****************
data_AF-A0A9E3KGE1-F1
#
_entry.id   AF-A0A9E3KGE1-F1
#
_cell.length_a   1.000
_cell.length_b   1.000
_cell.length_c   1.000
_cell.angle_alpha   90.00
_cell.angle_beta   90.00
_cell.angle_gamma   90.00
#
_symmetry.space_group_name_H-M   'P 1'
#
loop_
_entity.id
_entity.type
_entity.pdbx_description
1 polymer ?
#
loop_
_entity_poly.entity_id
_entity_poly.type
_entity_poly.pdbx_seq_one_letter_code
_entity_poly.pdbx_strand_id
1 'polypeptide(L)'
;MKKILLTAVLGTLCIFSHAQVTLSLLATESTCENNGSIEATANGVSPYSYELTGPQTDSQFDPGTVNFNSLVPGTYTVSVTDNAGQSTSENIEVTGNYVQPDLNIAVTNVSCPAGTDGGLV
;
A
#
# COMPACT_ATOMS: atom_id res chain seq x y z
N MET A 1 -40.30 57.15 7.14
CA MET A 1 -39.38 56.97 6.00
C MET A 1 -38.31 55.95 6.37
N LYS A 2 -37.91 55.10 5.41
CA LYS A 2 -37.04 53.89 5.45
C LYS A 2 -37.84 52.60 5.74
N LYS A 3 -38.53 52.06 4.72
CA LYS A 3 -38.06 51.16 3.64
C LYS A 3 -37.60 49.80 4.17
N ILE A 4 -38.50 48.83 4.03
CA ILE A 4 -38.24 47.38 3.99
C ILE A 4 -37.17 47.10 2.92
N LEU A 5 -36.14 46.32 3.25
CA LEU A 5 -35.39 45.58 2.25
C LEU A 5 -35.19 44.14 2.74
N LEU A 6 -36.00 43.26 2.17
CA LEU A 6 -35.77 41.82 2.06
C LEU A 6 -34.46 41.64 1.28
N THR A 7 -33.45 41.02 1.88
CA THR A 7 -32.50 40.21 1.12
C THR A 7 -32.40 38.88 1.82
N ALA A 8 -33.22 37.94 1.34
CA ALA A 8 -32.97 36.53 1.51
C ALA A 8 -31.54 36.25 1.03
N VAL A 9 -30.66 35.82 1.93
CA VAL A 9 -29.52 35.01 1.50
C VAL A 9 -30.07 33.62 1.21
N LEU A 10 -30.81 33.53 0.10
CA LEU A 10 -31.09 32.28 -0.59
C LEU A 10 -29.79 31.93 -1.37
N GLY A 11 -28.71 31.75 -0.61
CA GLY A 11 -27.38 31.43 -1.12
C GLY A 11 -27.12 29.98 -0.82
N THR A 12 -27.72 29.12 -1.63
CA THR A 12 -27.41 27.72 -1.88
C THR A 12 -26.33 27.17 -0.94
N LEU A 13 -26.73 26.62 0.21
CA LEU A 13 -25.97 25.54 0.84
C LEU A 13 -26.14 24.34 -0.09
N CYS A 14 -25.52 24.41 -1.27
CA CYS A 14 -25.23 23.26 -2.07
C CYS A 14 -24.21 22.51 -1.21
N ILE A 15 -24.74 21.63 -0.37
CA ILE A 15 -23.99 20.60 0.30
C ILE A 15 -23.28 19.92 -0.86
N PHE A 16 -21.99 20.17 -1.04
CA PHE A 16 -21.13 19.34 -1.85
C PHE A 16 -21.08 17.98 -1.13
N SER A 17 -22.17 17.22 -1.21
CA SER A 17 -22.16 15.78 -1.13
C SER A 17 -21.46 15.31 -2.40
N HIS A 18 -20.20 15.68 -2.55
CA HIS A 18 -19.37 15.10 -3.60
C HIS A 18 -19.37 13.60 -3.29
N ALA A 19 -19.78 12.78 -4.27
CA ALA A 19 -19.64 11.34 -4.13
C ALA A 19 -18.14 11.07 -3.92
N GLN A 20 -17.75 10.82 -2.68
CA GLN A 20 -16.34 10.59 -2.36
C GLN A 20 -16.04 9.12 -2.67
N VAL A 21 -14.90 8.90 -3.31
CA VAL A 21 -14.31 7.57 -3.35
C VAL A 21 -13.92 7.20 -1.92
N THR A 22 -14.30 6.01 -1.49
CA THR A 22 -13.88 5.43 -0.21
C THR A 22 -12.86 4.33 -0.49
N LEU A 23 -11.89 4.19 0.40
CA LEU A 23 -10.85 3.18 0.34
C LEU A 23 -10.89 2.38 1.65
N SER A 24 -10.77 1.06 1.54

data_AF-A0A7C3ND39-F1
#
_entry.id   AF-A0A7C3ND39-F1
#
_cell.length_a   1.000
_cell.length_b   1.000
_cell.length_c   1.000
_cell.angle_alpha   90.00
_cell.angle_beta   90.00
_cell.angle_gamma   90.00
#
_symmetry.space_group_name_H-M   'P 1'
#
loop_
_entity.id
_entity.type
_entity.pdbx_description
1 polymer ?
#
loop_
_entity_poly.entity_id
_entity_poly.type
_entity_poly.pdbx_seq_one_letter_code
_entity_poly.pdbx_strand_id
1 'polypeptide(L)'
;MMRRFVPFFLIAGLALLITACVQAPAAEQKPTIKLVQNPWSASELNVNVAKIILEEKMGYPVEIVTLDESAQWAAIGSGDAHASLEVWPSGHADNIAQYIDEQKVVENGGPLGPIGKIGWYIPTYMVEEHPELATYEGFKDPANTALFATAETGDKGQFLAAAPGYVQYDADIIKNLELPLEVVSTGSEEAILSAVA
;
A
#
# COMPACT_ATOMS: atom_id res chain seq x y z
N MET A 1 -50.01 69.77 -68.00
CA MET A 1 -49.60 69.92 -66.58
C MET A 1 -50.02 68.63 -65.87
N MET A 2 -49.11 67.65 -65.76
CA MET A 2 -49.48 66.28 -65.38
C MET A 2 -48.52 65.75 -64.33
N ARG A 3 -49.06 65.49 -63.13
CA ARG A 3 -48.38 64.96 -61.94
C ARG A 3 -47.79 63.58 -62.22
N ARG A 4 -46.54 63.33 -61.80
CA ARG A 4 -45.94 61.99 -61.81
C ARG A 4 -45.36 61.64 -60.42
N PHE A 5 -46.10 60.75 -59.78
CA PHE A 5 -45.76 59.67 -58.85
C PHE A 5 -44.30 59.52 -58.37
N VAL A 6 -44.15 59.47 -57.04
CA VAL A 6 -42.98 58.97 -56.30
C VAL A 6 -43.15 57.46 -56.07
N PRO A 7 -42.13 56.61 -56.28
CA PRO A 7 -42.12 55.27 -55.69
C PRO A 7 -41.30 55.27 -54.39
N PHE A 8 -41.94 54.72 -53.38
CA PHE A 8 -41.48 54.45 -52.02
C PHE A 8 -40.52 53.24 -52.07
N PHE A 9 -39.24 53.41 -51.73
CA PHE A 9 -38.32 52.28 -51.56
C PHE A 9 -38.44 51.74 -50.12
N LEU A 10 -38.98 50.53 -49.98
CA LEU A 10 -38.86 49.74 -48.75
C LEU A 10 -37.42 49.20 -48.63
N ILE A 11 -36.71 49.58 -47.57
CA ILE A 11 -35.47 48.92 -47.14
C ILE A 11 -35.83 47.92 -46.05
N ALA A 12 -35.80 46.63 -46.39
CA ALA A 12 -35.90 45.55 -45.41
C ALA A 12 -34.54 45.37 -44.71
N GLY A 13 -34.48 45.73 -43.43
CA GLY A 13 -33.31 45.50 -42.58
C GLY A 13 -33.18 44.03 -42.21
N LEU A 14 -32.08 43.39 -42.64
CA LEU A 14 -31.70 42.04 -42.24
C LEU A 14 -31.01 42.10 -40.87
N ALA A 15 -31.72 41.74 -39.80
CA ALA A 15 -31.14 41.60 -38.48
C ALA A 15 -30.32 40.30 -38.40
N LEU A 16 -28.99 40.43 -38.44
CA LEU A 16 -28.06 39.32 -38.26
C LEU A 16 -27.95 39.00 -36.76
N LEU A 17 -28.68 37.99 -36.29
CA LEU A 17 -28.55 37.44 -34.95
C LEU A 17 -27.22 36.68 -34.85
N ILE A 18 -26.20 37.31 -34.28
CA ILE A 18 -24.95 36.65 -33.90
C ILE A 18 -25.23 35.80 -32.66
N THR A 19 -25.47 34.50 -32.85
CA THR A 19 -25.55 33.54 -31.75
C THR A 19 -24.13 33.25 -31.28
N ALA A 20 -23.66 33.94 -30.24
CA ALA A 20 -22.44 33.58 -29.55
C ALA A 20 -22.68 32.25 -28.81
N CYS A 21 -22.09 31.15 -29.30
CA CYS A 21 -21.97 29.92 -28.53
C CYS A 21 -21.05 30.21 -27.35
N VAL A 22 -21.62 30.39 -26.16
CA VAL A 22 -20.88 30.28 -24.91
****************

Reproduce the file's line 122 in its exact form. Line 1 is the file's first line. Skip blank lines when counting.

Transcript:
_entity_poly.type